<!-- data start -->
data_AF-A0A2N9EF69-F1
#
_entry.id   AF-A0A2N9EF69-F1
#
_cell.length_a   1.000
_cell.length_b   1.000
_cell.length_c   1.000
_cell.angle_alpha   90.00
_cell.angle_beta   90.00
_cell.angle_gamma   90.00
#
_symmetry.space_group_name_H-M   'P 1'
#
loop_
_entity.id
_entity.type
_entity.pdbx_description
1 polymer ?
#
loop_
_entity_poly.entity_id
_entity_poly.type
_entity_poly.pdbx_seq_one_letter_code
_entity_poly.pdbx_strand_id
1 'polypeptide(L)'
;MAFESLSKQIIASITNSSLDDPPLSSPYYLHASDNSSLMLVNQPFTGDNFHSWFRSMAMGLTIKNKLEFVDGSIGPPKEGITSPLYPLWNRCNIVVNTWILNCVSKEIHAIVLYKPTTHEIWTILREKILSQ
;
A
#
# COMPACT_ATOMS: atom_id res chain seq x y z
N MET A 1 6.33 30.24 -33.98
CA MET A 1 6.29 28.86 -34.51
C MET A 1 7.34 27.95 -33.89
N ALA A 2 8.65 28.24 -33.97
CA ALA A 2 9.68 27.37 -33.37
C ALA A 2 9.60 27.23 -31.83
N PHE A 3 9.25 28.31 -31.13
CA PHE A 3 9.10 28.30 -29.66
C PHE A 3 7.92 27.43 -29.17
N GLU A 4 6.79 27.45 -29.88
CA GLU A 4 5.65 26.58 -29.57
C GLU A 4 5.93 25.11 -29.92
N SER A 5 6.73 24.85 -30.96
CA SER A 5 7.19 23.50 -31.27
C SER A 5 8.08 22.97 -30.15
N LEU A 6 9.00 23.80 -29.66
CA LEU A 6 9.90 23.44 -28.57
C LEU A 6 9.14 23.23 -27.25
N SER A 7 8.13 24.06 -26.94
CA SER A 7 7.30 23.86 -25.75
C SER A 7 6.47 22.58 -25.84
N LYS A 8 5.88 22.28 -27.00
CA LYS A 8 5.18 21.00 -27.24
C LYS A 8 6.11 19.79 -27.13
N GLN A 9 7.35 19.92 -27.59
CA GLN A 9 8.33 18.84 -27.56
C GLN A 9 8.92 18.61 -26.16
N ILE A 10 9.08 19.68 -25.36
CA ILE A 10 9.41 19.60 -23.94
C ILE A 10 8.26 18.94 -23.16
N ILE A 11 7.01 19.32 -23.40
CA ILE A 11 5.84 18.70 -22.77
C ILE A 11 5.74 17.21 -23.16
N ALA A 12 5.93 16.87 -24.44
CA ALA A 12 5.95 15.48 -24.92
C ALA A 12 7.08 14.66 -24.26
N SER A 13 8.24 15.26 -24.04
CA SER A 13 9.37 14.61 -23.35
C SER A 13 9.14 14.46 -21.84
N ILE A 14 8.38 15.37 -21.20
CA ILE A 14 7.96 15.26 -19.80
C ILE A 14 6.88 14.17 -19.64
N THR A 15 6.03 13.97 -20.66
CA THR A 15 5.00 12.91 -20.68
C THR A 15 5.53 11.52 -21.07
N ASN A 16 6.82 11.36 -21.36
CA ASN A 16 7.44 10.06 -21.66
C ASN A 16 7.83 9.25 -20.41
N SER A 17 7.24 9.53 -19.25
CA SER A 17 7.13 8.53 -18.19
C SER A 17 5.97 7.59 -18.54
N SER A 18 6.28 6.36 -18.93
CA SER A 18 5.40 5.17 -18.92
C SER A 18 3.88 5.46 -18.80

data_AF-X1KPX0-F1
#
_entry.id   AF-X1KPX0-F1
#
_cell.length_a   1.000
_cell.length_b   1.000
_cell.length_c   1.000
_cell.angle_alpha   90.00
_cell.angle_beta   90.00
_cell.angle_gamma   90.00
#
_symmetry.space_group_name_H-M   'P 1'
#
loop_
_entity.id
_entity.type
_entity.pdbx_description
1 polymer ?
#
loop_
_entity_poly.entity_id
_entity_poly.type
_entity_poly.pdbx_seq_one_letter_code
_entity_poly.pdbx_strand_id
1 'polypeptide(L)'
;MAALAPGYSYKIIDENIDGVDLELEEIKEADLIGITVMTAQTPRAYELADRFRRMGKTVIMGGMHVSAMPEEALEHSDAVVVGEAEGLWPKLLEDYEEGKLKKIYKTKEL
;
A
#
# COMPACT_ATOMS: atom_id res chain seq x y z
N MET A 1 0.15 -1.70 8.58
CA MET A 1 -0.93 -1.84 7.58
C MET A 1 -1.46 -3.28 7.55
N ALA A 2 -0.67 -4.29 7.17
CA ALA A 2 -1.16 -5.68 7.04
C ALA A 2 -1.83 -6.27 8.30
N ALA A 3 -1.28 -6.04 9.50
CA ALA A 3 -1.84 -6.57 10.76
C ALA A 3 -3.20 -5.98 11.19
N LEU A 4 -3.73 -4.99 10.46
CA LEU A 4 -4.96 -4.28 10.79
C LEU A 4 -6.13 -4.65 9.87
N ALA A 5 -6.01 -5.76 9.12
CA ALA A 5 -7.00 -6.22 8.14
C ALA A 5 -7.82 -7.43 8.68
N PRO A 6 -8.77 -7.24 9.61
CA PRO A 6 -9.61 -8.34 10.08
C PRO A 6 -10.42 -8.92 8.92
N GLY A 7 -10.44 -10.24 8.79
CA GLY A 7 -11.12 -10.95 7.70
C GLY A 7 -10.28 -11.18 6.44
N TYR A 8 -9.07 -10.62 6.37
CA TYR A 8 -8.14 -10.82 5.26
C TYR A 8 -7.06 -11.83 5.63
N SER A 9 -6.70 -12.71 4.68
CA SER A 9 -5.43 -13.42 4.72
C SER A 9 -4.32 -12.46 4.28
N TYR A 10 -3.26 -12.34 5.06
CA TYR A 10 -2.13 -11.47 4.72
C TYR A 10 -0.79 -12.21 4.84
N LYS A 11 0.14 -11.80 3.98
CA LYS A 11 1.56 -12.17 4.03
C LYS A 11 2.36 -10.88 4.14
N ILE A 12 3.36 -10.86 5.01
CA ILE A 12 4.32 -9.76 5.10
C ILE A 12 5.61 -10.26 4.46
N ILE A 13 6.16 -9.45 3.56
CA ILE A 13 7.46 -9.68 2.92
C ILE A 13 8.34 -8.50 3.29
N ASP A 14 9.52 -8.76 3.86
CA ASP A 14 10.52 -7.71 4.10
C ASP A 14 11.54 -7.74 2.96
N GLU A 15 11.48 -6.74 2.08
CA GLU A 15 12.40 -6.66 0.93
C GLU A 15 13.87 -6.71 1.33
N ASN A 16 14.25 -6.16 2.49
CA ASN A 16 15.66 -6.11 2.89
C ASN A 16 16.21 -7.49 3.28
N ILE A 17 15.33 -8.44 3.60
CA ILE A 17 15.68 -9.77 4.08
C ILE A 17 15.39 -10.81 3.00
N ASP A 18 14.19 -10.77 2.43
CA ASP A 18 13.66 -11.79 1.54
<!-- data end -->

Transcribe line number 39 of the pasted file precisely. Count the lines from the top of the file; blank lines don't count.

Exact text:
C PHE A 3 7.92 27.43 -29.17